Movie Review: Iron Man 2 (2010)


Title: Iron Man 2
Release Date: May 7, 2010
Director: Jon Favreau
Production Company: Marvel Studios
Summary/Review:

I had strong feelings against Iron Man, which I found jingoistic in its support of Bush-era foreign policy and overly fawning of neoliberal ideals equating wealthy enterpreneurs with natural leaders.  But, from watching all the Avengers movies, the character of Tony Stark clearly mellows and evolves.  And I can’t deny that Robert Downey, Jr. is a talented actor who puts his all into the character.  So, I thought I’d give Iron Man 2 a chance.

And, omigod, Tony Stark is possibly even more irritating in this movie than in his debut. Much of the film depicts Stark wallowing in his fame and basically becoming a burden to everyone he knows and cares about him.  His transfer of Stark Industries to Pepper Potts is logical and deserved, but there’s no way she would want to form a romantic relationship with him.  And politically, this movie again panders to a right-wing vision of America, and even has cameos by Elon F’in Musk and Bill F’in O’Reilly.

Ok, calm yerself.  So, the villain in this piece is Ivan Vanko who is played laconically by Mickey O’Rourke, which I did find an entertaining performance, although the “evil genius dead set on personal vengeance for no clearly articulated reason” trope is rather tiresome.  As someone obsessed with the New York World’s Fairs, I was also pleased to see that in the MCU the Flushing Meadows fairgrounds were home to the 1974 Stark Expo which Tony reopens during this story.  Even better, Tony watches an old film of Howard Stark talking about the Stark Expo which is clearly modeled on Walt Disney’s promotional films for EPCOT.  This film was in production before Disney acquired Marvel, but I wonder if the filmmakers sensed what was coming and did this as a purposeful tribute. This movie also marks the debut of Scarlett Johannsen in the MCU.  I’m curious if anyone was surprised by the reveal of her true character when this was first released.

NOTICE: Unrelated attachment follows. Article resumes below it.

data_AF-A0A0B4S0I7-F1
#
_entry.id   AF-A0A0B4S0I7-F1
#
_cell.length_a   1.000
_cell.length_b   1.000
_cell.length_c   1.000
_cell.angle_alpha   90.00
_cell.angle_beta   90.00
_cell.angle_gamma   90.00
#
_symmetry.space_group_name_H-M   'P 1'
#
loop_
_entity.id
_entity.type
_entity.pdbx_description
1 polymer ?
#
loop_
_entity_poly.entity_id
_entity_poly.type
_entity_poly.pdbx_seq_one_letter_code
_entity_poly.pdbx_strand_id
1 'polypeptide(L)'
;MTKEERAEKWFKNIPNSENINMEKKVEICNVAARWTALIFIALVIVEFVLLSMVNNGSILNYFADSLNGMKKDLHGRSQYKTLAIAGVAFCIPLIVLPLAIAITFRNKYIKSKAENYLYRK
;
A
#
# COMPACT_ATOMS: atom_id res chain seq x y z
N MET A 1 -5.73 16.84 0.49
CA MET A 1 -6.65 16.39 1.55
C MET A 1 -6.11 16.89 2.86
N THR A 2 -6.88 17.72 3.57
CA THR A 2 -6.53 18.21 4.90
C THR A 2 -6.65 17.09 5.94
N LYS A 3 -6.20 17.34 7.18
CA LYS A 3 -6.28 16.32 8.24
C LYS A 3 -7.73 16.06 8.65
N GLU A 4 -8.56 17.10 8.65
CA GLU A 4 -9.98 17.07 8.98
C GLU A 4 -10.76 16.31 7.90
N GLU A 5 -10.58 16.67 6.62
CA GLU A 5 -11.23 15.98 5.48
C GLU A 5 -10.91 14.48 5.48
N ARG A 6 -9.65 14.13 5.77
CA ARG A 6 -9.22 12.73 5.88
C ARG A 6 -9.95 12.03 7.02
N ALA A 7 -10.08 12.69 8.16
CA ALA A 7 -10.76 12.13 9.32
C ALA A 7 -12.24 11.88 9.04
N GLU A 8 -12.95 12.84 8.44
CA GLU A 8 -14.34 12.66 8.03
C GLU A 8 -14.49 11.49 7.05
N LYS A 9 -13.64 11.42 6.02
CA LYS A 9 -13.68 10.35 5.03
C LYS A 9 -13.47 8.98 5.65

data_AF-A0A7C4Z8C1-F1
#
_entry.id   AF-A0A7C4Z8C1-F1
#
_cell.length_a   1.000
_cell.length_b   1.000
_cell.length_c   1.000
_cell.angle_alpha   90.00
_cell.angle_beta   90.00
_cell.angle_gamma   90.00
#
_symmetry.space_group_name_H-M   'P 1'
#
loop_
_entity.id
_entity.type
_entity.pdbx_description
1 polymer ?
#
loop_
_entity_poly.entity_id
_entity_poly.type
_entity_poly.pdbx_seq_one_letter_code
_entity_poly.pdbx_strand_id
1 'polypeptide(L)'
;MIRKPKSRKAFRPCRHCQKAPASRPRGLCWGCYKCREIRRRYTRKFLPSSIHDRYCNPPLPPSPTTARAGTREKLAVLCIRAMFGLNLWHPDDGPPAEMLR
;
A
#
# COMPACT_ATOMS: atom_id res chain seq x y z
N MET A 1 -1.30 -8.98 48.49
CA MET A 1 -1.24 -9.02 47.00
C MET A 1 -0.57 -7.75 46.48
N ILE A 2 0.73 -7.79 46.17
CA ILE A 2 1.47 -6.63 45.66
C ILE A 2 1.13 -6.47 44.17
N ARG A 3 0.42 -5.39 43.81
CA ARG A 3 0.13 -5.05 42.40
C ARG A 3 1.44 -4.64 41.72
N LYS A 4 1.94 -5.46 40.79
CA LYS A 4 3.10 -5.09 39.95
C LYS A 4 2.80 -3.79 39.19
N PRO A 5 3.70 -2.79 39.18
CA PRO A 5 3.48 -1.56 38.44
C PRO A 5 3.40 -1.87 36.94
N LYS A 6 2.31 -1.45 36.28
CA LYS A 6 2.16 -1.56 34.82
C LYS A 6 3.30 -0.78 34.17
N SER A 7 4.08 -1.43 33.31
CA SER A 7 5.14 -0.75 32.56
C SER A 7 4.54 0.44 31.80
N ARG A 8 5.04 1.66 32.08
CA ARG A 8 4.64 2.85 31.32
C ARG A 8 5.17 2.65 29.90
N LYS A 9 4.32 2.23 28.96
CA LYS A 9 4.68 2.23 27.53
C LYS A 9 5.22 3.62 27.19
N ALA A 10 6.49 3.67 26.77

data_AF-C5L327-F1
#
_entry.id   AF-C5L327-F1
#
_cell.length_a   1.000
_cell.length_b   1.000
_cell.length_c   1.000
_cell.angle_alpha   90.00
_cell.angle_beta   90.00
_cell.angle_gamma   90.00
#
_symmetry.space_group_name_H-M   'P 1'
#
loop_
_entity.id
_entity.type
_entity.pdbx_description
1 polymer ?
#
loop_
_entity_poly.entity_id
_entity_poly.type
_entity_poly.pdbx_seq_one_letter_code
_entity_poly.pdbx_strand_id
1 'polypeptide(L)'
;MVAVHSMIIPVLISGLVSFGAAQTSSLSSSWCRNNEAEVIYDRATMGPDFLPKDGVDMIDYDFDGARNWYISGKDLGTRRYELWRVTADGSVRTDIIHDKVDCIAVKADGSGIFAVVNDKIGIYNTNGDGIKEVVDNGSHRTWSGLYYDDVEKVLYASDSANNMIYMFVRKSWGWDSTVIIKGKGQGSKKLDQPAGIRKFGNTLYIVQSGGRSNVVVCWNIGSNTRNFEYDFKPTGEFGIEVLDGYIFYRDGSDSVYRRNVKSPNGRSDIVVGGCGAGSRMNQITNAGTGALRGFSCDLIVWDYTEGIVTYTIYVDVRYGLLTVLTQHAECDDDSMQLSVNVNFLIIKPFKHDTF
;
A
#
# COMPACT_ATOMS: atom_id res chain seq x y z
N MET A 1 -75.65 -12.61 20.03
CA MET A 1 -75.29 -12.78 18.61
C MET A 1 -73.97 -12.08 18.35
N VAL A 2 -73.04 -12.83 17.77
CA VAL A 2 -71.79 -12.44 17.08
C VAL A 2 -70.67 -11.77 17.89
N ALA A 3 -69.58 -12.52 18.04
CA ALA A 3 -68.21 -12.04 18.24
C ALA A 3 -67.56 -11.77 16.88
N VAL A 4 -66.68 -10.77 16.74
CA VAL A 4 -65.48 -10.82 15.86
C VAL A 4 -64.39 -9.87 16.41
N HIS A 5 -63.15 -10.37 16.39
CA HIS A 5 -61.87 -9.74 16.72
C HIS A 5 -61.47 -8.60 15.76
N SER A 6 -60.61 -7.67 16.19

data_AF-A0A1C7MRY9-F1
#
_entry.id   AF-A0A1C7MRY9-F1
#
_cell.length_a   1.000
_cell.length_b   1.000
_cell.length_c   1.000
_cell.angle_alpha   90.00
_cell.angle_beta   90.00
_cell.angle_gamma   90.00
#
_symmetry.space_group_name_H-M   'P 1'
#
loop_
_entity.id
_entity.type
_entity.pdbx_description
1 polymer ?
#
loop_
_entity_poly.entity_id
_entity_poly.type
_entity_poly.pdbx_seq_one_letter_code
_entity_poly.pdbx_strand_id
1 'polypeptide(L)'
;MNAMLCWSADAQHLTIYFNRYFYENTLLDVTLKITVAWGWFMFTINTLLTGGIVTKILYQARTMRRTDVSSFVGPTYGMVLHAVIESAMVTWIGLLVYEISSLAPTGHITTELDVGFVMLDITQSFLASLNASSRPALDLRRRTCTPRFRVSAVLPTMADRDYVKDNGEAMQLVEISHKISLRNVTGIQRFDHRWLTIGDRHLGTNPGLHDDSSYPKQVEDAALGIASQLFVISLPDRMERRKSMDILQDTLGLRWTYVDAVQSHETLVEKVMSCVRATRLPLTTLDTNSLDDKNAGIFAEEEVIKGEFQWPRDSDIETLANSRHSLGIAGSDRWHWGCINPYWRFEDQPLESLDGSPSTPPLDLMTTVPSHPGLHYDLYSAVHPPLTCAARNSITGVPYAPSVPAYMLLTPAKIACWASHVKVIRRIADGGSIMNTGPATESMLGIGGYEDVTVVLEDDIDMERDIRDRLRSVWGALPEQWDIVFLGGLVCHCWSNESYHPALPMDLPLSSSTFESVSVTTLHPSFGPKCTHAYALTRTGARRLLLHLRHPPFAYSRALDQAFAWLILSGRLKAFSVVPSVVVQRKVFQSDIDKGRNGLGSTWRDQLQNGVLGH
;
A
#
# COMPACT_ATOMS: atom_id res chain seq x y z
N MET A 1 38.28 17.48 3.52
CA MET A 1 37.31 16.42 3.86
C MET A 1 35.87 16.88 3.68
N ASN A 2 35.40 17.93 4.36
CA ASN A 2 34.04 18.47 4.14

So, I don’t know, your mileage may vary, but I found Iron Man 2 a mediocre action movie with bad politics that left me with a bad taste in my mouth.

Rating: **

Movie Review: Thor: The Dark World


Title: Thor: The Dark World
Release Date: November 8, 2013
Director: Alan Taylor
Production Company: Marvel Studios
Summary/Review:

This movie is an improvement on its predecessor.  Chris Hemsworth and Tom Hiddleston, fresh off their key performances in The Avengers, have really settled into their characters and have a great chemistry playing off one of one another as Thor and Loki.  Loki in particular does really well as the trickster in this movie and his shifting allegiances keep one on one’s toes, although they’re never written in a way that’s illogical to the plot.  Dr. Jane Foster (Natalie Portman) is back and has a more meaningful role as a character in her own right, as does her assistant Darcy (Kat Dennings).  Thor’s mother Freya (Rene Russo) and the bridge sentry Heimdall (Idris Elba), who I didn’t even mention in my Thor review, are also fleshed out a lot more.

Unfortunately, the plot of this movie is meh.  The villains this time are Dark Elves who seem interchangeable with the Frost Giants.  Christopher Eccleston is a talented actor wasted in the role of Malekith, who is just another dude with heavy layers of prosthetic makeup who wants to destroy the universe.  The film’s Earth setting replaces New Mexico with London, and the battle scenes feel derivative of a Doctor Who finale.  The Dark Elves even look a little like Cybermen and Eccleston, a former Doctor, is there.  The romance between Thor and Foster never really takes off as an interesting plot, so it’s not surprising that she seems to have been written out of the MCU.

Looks like third time will be the charm for making a really good Thor movie.

Rating: **1/2

Movie Review: Thor (2011)


Title: Thor
Release Date: May 6, 2011
Director: Kenneth Branagh
Production Company: Marvel Studios
Summary/Review:

Watching the MCU movies out of order means coming to Thor and realizing that at this point in the series they actually played it straight and with very little humor.  It comes off as odd, and less than satisfying and makes me grateful for the tonal changes they made to the characters in the Avengers movies and Thor: Ragnarok.  Chris Hemsworth and Tom Hiddleston just haven’t really found their way into the roles of Thor and Loki yet.  And from the retrospective view, the fact that they tried to hide Loki’s villainy and make his heel-turn a big twist is unintentionally hilarious.